The holidays are right around the corner, so it’s the season to tell other people to shut up. That’s my takeaway from this week’s various events. Let’s look at three.
First, there were renewed cries for Donald Trump to be banned from Twitter. An online petition has tens of thousands of signatures. The arguments vary, but they are from a common set. He makes things up. He’s vicious. He’s every “ist” and “ic” in the book. And there is no free speech issue because Twitter, as a private company, has the right to suspend what accounts it likes.
Wow. They’re right that Trump’s tweets are often offensive. They’re also right about the First Amendment. Absent a specific legal prohibition, a private business may refuse to serve whomever it likes, even the president. Still, it feels as if we have passed through the looking glass, into a world where everything is the opposite of what it ought to be. How else to explain the sudden liberal affection for corporate power as a government check?
Which brings us to the week’s second bit of shut-up news, this coming from the Trump camp. The president-elect as usual made himself the center of controversy, this time with a ridiculous proposal to punish those who burn the American flag. As virtually the entire commentariat across the political spectrum has pointed out, such punishment, meted out officially, would be blatantly unconstitutional.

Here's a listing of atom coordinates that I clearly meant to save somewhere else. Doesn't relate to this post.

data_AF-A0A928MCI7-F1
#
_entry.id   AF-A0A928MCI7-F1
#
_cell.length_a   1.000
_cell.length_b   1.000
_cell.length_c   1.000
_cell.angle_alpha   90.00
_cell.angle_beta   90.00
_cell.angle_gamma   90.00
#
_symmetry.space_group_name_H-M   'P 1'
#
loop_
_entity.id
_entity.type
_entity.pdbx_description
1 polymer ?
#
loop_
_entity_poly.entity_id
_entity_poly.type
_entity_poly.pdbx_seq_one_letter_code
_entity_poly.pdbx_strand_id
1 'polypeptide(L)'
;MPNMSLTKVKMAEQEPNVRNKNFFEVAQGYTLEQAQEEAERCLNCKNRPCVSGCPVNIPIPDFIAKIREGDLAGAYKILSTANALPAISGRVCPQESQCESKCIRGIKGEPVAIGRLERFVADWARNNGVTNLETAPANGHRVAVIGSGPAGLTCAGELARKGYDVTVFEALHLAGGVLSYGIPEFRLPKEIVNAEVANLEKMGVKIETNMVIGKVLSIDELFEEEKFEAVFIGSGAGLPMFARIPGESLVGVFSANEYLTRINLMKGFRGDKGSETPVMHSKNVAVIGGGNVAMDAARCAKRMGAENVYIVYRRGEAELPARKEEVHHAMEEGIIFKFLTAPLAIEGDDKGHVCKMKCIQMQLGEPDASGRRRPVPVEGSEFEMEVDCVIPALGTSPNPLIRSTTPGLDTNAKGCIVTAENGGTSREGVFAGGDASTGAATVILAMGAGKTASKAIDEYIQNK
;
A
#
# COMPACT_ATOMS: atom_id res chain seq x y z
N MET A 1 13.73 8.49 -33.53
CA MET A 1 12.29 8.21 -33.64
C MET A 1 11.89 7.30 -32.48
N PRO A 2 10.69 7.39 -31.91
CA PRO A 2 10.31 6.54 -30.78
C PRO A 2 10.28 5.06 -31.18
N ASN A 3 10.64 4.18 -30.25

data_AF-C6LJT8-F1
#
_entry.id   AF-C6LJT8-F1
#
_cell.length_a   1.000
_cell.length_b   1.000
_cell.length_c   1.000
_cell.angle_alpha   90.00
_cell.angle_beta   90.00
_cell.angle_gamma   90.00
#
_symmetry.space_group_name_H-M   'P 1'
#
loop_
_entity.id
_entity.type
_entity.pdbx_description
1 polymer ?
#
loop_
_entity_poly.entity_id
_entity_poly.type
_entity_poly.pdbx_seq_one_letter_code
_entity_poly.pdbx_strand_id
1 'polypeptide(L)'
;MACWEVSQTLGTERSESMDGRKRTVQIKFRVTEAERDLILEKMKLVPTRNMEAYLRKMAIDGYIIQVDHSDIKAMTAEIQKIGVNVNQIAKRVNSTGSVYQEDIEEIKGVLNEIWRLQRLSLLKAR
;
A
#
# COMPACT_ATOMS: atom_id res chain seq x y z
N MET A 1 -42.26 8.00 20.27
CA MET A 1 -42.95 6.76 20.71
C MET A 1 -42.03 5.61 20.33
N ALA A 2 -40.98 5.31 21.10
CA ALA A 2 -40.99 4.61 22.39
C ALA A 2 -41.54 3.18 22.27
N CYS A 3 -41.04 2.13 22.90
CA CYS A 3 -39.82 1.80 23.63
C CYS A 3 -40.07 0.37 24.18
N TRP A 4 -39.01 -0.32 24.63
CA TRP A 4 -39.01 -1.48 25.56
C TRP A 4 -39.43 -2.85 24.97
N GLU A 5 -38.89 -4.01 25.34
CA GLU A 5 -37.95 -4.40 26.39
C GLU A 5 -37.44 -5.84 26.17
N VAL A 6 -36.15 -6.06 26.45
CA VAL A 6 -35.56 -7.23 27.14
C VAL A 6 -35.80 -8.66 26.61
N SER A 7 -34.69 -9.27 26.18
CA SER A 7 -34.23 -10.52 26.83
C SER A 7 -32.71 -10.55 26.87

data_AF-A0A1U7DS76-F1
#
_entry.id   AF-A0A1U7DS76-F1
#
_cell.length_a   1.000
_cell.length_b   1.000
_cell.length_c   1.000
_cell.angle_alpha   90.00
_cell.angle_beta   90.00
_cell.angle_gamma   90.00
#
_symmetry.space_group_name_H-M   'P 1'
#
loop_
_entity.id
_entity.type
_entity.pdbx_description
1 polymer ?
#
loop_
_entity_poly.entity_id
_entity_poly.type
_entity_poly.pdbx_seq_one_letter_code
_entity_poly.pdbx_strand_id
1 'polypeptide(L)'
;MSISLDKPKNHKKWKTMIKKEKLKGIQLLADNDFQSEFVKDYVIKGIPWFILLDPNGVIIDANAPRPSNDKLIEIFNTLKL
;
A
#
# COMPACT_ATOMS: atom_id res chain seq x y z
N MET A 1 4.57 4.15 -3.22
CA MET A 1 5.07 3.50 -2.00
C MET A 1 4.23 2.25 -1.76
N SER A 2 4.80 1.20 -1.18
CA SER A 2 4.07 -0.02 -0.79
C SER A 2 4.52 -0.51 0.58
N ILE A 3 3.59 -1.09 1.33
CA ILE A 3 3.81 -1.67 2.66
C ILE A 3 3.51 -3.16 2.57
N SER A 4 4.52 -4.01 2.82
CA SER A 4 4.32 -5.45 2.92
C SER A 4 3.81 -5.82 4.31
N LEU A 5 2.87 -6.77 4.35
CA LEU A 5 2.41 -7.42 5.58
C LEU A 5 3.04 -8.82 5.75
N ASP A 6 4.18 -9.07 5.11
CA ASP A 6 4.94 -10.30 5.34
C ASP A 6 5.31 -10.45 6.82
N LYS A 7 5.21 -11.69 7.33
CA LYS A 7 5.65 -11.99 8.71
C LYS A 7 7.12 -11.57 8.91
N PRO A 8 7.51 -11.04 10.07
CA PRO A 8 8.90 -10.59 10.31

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But what about an unofficial punishment? Let’s imagine a social media company that is offended by flag-burning (or wants to protect the sensibilities of those families who are). By the let’s-ban-Trump-because-he’s-offensive logic, the company could ban those protestors, too.
Which leads us to the third bit of shut-up news from the week. A conservative watchdog group is posting online the names of professors whom it believes promote a radical agenda in the classroom. The left is furious. Such methods, critics argue, are reminiscent of the McCarthy era in their effort to enforce an orthodoxy upon the classroom.
Yes, indeed. Maintaining such lists is horrible. I am delighted to welcome my liberal colleagues back into the company of those who think it wrong to use shaming and public pressure to make others change their minds – especially on campus, where the exchange of ideas should be a near-absolute value. I anticipate with pleasure and relief their fury when professors whose positions are unpopular on the left are pressed to disclose e-mails and funding sources. Because that is McCarthyist too.
Heady days. The post-Trump left has now come out for more corporate power and an end to shaming on campus. Any day now, I expect fear of Trump to move my liberal friends to decide Citizens United was not such a bad decision after all: perhaps they would like to use some corporate cash to fund efforts to defeat him in 2020.
Bloomberg View columnist Stephen L. Carter is a professor of law at Yale University.